3. Transparent data redundancy and backup. It’s in the best interests of the companies to store your information in a safe, secure, and redundant manner. If they lose your data, they lose you as a consumer/client.
  4. Your media is also in the cloud! Your entire picture library and home video library can both be accessible from anywhere. Friends can browse at their own leisure through all of the thousands upon thousands of pictures you have.
Negative:
  1. In about 90% of all SaaS applications, you cannot be certain that no one is reading your documents. While it’s certainly not appropriate to be completely paranoid about it, it’s possible. An employee at Google was fired for essentially tracking a minor using his Google Voice and Gmail accounts. This employee was fired, but not before he was able to find the young boy’s girlfriend and tease him about it. In a perfect world, stuff like this should never actually happen, but this is the real world.
  2. If someone wanted to get to your document, they have options:
    1. Attempt to break into your account by guessing your password.
    2. Attempt to break into the company’s datacenter via a security hole to obtain your information, along with others’.
    3. If they’re an employee and they’re smart, they could fairly easily get to the information.
  3. When you delete your document, you trust that they’re actually deleting it. Do they? Could you ever actually know for certain?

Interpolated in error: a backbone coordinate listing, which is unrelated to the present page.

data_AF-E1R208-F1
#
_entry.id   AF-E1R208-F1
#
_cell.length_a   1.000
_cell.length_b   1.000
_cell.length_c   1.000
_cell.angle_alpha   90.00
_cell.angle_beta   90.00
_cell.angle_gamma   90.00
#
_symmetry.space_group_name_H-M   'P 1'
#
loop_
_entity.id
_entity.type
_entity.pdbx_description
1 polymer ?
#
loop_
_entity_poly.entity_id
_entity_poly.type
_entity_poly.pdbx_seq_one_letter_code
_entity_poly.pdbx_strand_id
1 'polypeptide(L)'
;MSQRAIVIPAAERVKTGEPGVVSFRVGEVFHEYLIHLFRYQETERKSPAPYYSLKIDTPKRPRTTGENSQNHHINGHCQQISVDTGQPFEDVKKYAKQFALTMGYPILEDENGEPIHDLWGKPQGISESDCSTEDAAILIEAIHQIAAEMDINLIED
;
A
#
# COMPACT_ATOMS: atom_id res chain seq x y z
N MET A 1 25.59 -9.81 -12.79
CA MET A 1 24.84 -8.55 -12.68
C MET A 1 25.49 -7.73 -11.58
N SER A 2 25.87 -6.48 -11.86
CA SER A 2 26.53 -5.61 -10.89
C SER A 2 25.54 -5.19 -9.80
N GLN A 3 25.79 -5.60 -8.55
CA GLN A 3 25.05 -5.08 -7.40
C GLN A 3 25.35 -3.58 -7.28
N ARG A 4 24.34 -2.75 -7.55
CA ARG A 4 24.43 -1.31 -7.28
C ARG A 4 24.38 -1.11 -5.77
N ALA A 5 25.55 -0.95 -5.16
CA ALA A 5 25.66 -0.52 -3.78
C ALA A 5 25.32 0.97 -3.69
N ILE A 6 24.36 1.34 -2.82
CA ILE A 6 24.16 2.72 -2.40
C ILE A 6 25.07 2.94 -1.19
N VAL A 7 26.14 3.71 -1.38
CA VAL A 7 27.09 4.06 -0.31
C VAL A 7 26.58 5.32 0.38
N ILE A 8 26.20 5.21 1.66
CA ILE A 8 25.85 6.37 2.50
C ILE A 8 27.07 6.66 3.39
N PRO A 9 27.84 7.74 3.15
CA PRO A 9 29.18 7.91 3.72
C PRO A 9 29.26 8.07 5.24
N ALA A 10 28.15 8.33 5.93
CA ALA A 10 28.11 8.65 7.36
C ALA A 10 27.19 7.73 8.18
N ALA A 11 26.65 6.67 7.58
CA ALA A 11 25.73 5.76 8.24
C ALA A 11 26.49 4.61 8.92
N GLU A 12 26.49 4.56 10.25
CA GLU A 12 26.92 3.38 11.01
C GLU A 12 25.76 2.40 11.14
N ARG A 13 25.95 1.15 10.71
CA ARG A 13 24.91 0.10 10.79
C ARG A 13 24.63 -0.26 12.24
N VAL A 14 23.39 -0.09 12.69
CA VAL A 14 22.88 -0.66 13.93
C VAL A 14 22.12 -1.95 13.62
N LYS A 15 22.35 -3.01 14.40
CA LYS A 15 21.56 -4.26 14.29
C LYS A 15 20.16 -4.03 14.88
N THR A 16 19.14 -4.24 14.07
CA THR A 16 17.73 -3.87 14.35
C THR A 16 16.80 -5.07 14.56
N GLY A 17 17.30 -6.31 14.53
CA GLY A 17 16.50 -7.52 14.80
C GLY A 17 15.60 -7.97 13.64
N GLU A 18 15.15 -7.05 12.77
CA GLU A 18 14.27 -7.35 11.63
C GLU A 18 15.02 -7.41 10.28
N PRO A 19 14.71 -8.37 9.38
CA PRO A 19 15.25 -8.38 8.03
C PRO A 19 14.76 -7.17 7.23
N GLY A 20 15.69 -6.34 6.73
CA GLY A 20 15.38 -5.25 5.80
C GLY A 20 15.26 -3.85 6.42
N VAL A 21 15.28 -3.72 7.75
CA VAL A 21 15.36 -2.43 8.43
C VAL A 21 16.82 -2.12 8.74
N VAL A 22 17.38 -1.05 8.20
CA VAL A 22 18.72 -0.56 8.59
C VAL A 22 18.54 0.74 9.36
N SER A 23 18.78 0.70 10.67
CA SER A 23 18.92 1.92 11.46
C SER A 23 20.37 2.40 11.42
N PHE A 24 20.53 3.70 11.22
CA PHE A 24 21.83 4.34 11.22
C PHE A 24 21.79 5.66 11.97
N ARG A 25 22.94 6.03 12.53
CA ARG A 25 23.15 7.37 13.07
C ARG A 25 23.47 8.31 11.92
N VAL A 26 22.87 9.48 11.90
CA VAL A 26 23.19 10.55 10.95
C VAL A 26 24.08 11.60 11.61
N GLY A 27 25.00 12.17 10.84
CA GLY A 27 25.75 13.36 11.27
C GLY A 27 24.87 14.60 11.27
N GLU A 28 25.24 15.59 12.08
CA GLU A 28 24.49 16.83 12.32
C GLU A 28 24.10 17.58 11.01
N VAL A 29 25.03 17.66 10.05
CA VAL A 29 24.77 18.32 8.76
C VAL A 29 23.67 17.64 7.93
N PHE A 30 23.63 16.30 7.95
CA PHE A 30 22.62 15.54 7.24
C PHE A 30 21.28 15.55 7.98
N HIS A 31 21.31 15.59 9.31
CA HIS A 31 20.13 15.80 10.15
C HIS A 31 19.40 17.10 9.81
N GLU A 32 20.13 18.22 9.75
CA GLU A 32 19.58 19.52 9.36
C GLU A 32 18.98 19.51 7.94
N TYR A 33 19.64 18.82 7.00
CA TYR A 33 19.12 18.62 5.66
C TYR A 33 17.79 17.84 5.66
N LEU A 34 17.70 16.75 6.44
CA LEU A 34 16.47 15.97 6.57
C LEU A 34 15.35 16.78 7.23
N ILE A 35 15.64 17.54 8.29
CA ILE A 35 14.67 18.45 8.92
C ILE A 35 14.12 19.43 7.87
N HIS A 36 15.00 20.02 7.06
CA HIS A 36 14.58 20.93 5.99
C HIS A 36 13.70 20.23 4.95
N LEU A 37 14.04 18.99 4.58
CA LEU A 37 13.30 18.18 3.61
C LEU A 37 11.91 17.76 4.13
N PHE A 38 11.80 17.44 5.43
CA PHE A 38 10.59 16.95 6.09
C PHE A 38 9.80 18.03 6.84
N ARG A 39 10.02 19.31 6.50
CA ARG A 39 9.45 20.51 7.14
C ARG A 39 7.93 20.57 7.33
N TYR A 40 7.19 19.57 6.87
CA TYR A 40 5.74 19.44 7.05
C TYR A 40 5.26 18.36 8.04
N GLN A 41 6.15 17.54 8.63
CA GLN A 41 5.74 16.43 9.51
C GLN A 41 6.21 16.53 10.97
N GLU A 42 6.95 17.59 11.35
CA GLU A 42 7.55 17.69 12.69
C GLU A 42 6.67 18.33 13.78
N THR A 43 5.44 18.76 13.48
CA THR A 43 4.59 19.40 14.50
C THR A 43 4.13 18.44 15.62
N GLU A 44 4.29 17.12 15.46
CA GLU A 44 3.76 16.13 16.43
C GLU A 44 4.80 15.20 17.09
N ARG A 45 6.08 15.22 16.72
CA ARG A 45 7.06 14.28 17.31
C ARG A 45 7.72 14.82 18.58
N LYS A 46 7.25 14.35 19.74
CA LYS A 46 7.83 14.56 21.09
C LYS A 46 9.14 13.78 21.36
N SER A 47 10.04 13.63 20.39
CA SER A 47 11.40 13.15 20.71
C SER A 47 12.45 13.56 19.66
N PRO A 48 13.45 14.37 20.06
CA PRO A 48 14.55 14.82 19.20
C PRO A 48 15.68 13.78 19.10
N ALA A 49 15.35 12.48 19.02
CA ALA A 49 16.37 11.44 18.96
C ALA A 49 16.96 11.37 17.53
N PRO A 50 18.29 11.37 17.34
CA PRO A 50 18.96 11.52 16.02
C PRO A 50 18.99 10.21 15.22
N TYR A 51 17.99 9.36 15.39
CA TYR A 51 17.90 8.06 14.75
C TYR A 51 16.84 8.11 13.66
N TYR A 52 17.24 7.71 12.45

4. Typically speaking, with a few exceptions, you lose all rights to your media when you put it online (on a SaaS application). Some services allow you to license your media, which is great, but most services don’t allow this.

My, how the tables have turned. Essentially, we traded our intellectual property rights for convenience. I’m in the same boat as you are. I use Gmail, Google Voice, Google Calendar, Google Documents, Facebook, YouTube, Dropbox, Evernote, and more, and on each one of those services, I have forfeited my rights to privacy. I view it as simply necessary for the convenience that it provides and to be honest, I don’t think I can go back to the way things were before. I depend on having my email in the cloud. I depend on being able to manage my text messages from my browser. I depend on storing notes of every variety with Evernote. It’s just a fact of life.

What then, is this article even about? Am I just using this as a podium to proclaim that we’re all doomed? Certainly not. As has been proposed before by far greater men than I, the free software movement needs to change to adapt to these issues. The free software movement that fights to protect computer users’ and developers’ rights is working on this issue toward a solution. Ironically, one of the solutions is being used right now to bring you this entry: WordPress.

WordPress is licensed under the GNU Public License, making it completely free as in freedom as well as open source. I can be assured that the information I put on here belongs to me, as it’s stored in my database on my server running free software designed to encourage and protect my freedom. There is, indeed, hope.

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2 thoughts on “The State of Freedom on the Web